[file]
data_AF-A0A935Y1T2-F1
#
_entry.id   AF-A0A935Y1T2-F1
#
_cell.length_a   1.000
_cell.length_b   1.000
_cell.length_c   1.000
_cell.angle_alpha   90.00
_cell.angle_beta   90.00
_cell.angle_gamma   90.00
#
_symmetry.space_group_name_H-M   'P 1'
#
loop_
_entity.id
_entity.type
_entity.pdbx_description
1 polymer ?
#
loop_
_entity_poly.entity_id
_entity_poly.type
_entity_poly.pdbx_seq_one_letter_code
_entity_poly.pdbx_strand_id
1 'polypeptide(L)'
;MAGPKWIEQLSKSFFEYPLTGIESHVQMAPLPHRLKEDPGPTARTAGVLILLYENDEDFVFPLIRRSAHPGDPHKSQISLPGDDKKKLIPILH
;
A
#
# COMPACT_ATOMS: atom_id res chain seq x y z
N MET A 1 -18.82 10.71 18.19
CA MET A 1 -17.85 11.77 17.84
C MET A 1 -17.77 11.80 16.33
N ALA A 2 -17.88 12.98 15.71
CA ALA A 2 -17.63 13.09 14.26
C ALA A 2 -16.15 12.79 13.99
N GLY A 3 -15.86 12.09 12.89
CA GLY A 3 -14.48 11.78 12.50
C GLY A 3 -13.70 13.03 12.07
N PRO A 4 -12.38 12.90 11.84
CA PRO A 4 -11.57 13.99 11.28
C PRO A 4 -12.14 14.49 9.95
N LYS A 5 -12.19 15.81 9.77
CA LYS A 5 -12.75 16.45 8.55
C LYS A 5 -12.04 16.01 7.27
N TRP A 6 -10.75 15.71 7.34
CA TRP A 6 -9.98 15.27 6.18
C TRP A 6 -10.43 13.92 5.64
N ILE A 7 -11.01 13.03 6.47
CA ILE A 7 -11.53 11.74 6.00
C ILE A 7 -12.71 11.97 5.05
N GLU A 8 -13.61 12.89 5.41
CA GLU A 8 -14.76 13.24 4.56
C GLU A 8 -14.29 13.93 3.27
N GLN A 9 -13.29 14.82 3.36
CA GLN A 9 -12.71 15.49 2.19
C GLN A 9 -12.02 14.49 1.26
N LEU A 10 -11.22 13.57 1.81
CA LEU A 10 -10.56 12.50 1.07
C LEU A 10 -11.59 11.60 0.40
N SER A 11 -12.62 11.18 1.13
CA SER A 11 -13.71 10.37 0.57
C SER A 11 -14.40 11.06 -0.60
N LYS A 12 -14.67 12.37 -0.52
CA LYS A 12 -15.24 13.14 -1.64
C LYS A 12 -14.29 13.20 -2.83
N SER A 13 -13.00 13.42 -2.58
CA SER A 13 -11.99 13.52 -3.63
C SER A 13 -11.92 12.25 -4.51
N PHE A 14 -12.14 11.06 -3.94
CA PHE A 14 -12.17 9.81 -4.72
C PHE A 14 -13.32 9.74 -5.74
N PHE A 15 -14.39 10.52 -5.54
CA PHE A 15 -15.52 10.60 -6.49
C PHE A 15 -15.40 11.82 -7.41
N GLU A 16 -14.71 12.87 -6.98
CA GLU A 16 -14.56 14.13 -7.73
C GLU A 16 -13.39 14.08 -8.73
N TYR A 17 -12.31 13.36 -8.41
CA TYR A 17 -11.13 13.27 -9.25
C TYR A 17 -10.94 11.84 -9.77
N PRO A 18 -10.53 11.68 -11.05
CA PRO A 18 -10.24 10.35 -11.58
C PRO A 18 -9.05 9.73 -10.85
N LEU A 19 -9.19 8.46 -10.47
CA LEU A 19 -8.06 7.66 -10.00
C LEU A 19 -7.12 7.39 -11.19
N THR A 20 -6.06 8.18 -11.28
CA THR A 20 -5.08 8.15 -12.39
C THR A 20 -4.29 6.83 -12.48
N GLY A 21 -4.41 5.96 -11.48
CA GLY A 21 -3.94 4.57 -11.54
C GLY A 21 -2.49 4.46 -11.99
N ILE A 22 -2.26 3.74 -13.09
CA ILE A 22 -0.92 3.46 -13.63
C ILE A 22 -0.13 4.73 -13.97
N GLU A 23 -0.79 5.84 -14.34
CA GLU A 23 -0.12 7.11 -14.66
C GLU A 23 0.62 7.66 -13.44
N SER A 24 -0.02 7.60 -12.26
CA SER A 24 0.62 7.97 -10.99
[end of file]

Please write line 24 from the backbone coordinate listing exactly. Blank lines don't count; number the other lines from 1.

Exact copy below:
_entity_poly.pdbx_strand_id